The seasoned Spunkers under the spotlight still keep me in the loop and here is another take on some more of the sonic spillage proffered.  You should now all be up to speed with who the fuck these lot are and if not, well get off your jacksie and do some research, it will be worth your time.  I am as keen as mustard to do my bit as per, but not so keen as to be all silly and gush for the sake of it - that would be the behavior of a prize eavesdropping pillock, there are enough of them about as it is.

The gates are opened, in comes the vibes of 'Broken Hearts Make Better Songs' - a fine song that is crisp, lucid, done in the familiar way in which these operators function.  'Whoa hoa's' welcome, a scene is set via the first verse, we come to realise that the gist of the song is about wallowing in a desired mire so as to make music with more meaning and feeling.   A man abandoned is injured, the first place he turns to is his beloved music and here is the result.   The smooth and slowly snagging slant of the faux-serenade touches the ticker and makes one instantly take note of this moment and, what the CD will bring.   The follow-up is a song I have recently reviewed, namely 'Football In The Sun'.  Rather than repeat myself like some overstuffed belching pig I will leave you to chase up the aforementioned assessment but what I can add is that this nostalgic piece is better than I originally deemed and makes a reappearance here like a friendly face from the misted past.  It lifts ones spirits, has a carefree element to be embraced – it is rather lovely.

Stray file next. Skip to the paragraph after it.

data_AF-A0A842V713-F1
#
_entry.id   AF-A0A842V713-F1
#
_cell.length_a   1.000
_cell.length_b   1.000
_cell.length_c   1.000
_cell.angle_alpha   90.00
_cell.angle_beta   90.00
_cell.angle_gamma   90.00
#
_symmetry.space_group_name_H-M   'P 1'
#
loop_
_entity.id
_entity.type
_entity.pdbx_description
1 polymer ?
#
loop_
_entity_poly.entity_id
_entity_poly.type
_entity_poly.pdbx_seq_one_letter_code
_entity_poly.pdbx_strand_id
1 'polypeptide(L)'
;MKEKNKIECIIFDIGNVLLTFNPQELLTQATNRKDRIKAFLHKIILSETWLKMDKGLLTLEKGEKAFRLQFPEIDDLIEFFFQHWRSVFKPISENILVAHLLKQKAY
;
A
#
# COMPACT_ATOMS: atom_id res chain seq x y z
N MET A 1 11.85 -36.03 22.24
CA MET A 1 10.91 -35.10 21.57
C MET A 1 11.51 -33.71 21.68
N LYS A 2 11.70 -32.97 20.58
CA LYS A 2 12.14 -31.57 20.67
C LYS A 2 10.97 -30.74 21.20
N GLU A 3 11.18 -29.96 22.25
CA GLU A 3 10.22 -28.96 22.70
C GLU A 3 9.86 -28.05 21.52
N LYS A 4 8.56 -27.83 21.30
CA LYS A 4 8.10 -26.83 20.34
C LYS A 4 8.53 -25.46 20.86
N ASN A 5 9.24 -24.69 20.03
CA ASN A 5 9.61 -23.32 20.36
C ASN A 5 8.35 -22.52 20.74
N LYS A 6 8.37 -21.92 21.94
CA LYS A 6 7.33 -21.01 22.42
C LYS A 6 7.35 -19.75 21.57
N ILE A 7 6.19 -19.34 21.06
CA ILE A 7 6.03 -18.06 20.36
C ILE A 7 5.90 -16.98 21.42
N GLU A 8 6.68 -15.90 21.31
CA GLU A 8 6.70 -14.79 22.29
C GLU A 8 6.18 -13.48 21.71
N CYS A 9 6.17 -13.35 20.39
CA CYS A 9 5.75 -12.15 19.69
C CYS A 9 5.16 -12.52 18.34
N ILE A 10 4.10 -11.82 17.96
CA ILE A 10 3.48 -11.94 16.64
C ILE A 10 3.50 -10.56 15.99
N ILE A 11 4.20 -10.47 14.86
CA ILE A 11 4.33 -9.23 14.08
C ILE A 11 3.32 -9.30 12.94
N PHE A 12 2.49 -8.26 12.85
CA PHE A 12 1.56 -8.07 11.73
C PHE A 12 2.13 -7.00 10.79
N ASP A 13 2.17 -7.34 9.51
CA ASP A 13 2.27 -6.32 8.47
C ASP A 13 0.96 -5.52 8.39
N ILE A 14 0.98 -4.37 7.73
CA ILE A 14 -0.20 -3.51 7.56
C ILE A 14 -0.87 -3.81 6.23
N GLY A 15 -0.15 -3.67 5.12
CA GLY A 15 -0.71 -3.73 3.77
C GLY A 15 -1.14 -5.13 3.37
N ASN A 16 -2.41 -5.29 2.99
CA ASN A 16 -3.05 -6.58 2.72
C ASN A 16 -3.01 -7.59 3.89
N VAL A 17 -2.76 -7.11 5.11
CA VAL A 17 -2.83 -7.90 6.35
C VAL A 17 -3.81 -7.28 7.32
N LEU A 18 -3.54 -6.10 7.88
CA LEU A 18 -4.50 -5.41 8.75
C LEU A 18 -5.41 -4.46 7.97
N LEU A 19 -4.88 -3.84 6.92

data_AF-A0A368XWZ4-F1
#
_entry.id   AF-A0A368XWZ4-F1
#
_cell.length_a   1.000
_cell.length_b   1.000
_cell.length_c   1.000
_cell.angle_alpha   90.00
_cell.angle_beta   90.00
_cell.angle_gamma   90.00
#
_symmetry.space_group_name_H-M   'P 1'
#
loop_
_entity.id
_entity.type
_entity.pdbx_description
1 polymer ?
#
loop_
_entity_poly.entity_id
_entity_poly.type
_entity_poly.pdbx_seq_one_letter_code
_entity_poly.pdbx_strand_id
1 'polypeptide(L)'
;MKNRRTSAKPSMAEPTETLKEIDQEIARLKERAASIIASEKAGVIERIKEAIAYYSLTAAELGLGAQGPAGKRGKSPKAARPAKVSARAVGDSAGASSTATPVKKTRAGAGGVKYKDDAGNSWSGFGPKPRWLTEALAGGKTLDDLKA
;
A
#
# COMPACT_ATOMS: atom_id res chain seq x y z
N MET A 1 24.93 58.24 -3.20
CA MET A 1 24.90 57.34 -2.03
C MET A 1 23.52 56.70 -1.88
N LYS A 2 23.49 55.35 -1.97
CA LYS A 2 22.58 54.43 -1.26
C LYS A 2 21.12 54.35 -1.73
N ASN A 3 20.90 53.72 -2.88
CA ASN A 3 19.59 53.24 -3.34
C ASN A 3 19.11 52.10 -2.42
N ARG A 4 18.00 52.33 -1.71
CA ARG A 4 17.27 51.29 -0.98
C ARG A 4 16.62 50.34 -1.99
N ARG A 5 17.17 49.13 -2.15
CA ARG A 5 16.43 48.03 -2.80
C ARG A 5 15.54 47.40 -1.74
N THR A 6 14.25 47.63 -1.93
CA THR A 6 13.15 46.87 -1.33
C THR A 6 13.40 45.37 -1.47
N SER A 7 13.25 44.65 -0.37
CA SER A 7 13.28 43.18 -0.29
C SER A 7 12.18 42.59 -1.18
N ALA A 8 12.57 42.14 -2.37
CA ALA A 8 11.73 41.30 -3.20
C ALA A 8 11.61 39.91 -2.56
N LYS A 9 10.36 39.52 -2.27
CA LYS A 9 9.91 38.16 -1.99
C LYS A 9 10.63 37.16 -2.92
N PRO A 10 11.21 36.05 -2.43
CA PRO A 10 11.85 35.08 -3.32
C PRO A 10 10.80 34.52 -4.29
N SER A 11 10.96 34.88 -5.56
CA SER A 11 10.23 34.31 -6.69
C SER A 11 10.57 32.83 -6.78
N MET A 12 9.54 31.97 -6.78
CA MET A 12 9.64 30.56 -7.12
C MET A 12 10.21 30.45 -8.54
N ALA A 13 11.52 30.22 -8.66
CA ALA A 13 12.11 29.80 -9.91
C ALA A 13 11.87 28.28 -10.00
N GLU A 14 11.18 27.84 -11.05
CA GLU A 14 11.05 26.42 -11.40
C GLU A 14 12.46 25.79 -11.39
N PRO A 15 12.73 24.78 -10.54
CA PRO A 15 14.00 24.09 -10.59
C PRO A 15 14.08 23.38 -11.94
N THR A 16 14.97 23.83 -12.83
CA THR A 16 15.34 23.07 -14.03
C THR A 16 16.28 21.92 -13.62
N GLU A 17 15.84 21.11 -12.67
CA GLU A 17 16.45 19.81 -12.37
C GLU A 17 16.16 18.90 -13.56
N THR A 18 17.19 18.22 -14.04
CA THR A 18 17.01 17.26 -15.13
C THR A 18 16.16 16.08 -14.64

'Soldier On' walks into a headwind.  The struggle met is uphill, a feeling that many of us encounter in this lunatic lottery known as 'life'.  Mistakes come, moments of regret take the legs from beneath us and we are soon drawn into a cloying, debilitating web that stops us from making progress and staying focused.  Sometimes all we need is a nudge in the right direction and thankfully this song can be used as such a kick up the ‘arris.  The pace is below middling but the weight and impact is still of resounding value and these alterations of impetus and emotive content are what keep things compelling and stimulating.  3 tracks in, no fault found and the best track so far comes with the brutal bulldoze of 'Hard As Nails.  A song about a cunt to be fair, a cunt who is nothing more than a fuckin' idiot with an ability to waste energy of proving his machismo nature rather than doing something positive.  In truth though, there are many heads that need cracking out there and if one goon is willing to have a go and make sure he busts the right belfries than so be it.  The song here hurtles along, puts a size 12 boot in the midriff whilst numerous follow-up fists pepper the bloodied carcass - by heck, beatings like this are fuckin' wonderful.  This is a powerful blasting – accept it!